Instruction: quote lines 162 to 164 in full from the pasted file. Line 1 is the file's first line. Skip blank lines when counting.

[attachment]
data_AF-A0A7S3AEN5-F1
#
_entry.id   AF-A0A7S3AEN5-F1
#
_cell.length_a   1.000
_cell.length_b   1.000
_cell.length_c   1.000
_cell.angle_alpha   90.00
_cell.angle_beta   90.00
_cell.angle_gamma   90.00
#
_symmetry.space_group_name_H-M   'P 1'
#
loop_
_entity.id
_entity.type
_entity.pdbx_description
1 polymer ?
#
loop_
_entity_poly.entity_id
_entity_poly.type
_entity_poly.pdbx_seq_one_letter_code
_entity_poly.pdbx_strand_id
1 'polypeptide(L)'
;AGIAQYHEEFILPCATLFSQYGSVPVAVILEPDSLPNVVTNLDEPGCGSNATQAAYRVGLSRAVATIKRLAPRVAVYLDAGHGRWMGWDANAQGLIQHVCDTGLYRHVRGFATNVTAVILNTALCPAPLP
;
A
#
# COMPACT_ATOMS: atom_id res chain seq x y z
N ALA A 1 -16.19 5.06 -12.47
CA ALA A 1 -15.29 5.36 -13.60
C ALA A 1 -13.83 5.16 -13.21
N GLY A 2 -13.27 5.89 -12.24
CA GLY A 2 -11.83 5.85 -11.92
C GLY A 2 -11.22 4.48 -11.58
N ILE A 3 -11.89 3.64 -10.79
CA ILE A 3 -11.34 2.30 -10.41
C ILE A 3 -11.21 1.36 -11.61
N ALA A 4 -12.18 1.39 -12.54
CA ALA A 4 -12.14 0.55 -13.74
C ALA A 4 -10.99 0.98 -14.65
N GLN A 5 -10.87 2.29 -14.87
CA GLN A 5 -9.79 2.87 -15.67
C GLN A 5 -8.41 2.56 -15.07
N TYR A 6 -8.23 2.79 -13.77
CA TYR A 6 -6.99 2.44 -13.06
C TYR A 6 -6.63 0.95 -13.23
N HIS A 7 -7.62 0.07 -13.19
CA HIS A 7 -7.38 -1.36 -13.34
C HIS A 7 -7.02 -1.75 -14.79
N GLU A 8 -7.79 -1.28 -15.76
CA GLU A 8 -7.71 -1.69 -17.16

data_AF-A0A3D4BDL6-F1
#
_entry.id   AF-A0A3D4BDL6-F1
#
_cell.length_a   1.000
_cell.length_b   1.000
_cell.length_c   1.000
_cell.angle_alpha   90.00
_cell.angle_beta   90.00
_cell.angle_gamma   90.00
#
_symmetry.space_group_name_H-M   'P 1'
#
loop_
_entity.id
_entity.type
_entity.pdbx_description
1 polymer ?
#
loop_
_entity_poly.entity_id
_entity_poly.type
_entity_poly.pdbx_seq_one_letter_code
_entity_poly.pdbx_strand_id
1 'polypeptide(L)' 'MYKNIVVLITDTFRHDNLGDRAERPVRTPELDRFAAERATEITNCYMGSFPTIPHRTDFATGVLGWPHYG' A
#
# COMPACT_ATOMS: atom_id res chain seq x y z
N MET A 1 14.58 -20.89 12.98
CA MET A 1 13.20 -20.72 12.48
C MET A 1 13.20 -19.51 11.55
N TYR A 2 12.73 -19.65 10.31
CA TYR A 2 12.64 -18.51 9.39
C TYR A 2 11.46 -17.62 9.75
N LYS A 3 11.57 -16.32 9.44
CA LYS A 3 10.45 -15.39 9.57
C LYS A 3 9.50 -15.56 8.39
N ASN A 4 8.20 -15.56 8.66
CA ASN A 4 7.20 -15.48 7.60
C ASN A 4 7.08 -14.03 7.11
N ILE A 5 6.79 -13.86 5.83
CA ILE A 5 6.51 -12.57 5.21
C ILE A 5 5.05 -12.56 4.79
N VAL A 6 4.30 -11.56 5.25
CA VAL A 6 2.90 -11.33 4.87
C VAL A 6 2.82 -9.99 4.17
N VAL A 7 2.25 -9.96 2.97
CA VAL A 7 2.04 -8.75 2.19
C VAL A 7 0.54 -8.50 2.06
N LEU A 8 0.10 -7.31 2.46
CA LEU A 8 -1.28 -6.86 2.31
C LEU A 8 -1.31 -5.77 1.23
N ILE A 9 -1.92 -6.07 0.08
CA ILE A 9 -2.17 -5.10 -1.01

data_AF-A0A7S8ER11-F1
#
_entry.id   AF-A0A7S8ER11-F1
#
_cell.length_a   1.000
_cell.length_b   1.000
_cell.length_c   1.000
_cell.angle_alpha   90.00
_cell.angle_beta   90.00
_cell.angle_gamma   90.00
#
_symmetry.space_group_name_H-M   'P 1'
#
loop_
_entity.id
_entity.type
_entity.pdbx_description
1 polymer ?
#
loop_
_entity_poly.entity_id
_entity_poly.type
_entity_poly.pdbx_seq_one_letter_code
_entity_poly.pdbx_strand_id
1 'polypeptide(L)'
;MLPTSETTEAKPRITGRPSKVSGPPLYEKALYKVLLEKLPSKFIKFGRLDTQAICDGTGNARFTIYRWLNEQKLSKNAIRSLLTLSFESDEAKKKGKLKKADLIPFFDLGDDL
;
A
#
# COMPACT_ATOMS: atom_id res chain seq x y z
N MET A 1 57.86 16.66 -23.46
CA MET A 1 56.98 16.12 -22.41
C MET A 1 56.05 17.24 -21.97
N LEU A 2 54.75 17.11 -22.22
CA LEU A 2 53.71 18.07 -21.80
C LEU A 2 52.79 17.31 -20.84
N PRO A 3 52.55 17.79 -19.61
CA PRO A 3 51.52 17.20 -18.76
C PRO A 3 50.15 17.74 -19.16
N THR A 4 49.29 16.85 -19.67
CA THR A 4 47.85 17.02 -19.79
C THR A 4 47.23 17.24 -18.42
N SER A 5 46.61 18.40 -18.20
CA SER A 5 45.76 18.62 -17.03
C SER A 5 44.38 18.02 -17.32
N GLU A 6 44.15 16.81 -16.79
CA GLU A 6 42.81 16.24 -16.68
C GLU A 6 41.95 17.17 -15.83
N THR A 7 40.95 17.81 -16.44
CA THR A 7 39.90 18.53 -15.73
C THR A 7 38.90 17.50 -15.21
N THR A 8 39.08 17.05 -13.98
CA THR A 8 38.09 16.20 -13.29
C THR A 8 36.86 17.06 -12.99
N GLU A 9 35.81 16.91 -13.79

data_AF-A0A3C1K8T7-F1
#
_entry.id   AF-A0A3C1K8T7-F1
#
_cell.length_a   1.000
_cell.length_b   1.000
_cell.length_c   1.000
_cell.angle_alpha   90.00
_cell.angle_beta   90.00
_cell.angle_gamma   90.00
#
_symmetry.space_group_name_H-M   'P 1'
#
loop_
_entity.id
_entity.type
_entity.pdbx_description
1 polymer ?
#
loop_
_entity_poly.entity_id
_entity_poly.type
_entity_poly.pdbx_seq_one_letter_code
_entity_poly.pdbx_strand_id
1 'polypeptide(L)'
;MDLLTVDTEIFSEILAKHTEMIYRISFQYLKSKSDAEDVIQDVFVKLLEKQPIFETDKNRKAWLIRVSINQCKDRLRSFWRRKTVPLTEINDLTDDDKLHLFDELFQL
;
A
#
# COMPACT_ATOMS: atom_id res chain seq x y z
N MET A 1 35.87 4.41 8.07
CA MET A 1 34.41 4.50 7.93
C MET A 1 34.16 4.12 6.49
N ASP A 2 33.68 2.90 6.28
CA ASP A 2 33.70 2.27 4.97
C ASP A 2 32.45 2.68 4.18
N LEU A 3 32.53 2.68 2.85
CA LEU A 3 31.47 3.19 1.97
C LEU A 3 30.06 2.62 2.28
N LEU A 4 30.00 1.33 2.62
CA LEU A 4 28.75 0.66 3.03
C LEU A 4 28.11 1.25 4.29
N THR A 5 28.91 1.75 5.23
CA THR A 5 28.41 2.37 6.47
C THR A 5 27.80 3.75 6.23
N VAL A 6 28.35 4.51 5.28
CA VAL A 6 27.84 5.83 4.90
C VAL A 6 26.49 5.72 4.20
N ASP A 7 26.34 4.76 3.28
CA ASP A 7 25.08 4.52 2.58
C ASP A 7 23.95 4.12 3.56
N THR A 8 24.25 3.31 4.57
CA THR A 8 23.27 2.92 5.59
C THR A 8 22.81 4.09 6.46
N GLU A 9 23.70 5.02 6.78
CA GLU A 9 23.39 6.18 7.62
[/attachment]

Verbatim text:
data_AF-A0A3C1K8T7-F1
#
_entry.id   AF-A0A3C1K8T7-F1